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After Years Of Turmoil, Clay County Voters Will Soon Get A Chance To Change The Shape Of Their Government

A statue outside the Clay County Commission meeting room Thursday, December 19, 2019.
Julie Denesha
A statue outside the Clay County Commission meeting room Thursday, December 19, 2019.

Proposition C supporters say changing the form of government will bring needed reform to the county while opponents say the problem is the current commissioners.

Clay County voters will get a chance Tuesday to take the first step in changing the county’s form of government.

Citizens have long raised concerns about the county commission — from protesting the commission quietly giving two top officials free housing to raising concerns about one commissioner having the ability to spend millions without public input. Residents were also outraged over cuts to the jail, which an appeals court later said were “disturbing.” Perhaps the biggest complaint has been the commission’s resistance to an audit requested by citizens and its spending on outside lawyers to defend jail cuts and audit delays and not handing over public records.

“I think people are just tired of the embarrassment known as Clay County, and they're ready for a change,” says Jason Withington, who helped organize the audit.

Tuesday’s vote would set up a commission to create a county constitution, which would then have to be approved by voters. The 14-member commission would be appointed by judges in the seventh circuit court.

Supporters argue this could allow the commission to be expanded from its current three members and that the constitution could include a mechanism for recalling commissioners.

Opponents counter that the problem with Clay County government is its current commissioners. Opponents also say they’re worried the proposed form of government would get rid of elected positions in favor of appointed positions. Those elected officials, such as the clerk and auditor, have pushed back against the commission majority by speaking out publicly and releasing documents to the press.

“I think if you get the responsible leadership elected, a charter form of government is not necessary,” says Sherry Duffett, who worked for the county for more than a decade and gathered signatures for the audit.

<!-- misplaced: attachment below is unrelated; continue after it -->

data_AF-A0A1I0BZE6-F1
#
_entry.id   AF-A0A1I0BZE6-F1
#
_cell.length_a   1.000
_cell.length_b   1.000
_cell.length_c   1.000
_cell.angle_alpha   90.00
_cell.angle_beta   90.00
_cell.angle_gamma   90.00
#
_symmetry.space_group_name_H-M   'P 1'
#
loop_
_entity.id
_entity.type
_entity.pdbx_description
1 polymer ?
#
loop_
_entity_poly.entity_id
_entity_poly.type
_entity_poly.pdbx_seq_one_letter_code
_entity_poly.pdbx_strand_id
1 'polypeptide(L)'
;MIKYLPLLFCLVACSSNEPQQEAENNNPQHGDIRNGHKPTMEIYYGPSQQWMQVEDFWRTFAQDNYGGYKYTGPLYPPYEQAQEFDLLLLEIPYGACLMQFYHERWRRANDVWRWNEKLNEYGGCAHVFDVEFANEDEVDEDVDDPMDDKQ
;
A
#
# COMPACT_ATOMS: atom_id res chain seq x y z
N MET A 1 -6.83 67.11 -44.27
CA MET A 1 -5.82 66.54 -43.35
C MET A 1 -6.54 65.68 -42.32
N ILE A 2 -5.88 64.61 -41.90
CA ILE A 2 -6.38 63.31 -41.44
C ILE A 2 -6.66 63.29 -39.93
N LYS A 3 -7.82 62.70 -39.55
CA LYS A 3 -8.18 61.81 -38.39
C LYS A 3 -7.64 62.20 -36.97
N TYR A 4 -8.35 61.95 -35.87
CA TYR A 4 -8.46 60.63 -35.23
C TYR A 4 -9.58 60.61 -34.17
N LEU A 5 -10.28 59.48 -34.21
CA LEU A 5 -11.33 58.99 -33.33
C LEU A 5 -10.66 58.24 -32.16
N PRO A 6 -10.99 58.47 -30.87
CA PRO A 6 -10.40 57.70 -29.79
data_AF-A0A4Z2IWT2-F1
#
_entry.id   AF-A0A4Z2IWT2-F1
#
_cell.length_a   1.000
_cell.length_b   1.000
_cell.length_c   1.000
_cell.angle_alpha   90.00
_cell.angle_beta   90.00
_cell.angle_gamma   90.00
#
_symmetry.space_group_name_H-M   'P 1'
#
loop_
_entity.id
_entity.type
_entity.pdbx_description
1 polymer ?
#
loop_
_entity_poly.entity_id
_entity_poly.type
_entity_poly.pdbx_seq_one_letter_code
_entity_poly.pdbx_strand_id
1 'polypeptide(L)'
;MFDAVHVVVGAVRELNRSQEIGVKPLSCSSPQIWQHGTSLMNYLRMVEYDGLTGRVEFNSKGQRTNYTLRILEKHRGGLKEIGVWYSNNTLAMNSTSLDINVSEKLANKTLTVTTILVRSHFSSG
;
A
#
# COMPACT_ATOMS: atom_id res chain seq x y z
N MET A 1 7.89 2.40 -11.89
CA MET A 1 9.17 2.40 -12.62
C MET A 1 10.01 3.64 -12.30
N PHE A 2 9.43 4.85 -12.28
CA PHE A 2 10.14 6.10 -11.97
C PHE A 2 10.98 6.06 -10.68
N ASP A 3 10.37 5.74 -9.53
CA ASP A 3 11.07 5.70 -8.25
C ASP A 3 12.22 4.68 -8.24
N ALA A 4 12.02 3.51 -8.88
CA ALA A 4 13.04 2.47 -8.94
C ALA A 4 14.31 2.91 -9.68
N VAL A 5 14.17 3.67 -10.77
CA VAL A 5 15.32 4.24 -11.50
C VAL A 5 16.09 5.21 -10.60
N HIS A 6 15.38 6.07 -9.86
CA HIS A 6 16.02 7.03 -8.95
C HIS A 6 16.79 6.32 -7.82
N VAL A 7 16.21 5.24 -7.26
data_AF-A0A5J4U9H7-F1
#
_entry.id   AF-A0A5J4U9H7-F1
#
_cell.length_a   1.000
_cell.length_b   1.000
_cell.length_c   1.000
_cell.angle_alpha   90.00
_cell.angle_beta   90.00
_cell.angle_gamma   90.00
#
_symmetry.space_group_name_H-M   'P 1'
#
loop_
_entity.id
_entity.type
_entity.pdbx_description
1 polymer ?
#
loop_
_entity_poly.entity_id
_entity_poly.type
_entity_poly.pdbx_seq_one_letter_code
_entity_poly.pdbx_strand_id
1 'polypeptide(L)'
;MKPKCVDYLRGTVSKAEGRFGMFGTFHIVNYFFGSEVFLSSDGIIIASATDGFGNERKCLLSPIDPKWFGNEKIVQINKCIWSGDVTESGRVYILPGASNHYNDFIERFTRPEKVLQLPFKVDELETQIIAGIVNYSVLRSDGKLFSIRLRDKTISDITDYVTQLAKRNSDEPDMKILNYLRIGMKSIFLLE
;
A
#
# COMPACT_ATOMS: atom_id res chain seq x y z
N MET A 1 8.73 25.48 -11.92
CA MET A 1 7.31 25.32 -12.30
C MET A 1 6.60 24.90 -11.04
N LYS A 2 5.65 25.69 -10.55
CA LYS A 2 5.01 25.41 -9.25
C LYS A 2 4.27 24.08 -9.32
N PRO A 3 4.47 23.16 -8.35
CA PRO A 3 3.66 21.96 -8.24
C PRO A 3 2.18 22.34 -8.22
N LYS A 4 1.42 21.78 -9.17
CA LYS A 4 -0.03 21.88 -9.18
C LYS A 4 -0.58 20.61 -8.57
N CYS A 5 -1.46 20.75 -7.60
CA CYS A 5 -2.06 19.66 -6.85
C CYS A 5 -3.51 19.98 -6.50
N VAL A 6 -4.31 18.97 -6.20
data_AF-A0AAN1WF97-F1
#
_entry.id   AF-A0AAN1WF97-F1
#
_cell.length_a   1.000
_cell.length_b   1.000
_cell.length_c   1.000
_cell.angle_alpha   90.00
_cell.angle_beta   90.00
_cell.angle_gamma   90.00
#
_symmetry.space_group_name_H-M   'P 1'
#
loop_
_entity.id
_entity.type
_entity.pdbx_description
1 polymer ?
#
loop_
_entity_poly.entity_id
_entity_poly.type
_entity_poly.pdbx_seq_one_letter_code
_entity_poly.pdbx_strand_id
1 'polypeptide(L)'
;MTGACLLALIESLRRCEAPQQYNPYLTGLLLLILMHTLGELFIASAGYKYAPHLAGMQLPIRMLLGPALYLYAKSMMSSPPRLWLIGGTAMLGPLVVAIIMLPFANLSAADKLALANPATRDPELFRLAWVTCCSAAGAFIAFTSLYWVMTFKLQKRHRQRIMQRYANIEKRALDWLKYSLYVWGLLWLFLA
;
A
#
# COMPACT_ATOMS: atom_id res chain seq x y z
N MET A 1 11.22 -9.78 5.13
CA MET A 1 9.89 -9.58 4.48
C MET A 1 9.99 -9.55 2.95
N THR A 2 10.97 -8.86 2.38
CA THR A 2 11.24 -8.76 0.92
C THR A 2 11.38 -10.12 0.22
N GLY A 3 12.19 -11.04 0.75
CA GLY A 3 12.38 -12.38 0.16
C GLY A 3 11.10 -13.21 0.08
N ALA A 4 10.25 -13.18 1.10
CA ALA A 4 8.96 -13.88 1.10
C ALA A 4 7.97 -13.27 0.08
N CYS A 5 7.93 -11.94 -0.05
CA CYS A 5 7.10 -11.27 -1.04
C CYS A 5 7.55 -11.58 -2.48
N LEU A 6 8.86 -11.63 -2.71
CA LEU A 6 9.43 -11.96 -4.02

County Auditor Victor Hurlbert says he understands the desire for change, but says the county should go back to its original system of checks and balances.

As KCUR reported in December, the auditor, assessor, clerk and collector say there’s been a shift in responsibilities. For example, the clerk was previously responsible for handling records requests, but that job was given to an assistant county administrator. The move took politics out of the equation, according to one commissioner who backed the change. However, others say that because the clerk is an independently elected official, she provided an important check on the commission.

“I think we actually need to go back to the original statutory system because we are not living up to it right now. We have powers that have been removed from elected officials,” Hurlbert says.

If voters greenlight the first step in changing the government’s structure, it’s unclear exactly what changes the appointed committee would propose. However, an advisory panel created by the county commission suggested changes such as making elected offices nonpartisan, creating a way to recall commissioners and reforming how open meetings are conducted.

Withington says if people don’t like what the committee proposes, then voters can simply reject it.

“They may come up with a really bad charter, and I'll vote no,” Withington says. “All we're trying to do is give citizens an opportunity to come up with some improvements in a proposed charter.”

Polls open at 6 a.m. June 2. Elected officials are asking people to check their polling location online because some sites have changed.

Aviva Okeson-Haberman was the Missouri government and politics reporter at KCUR 89.3.
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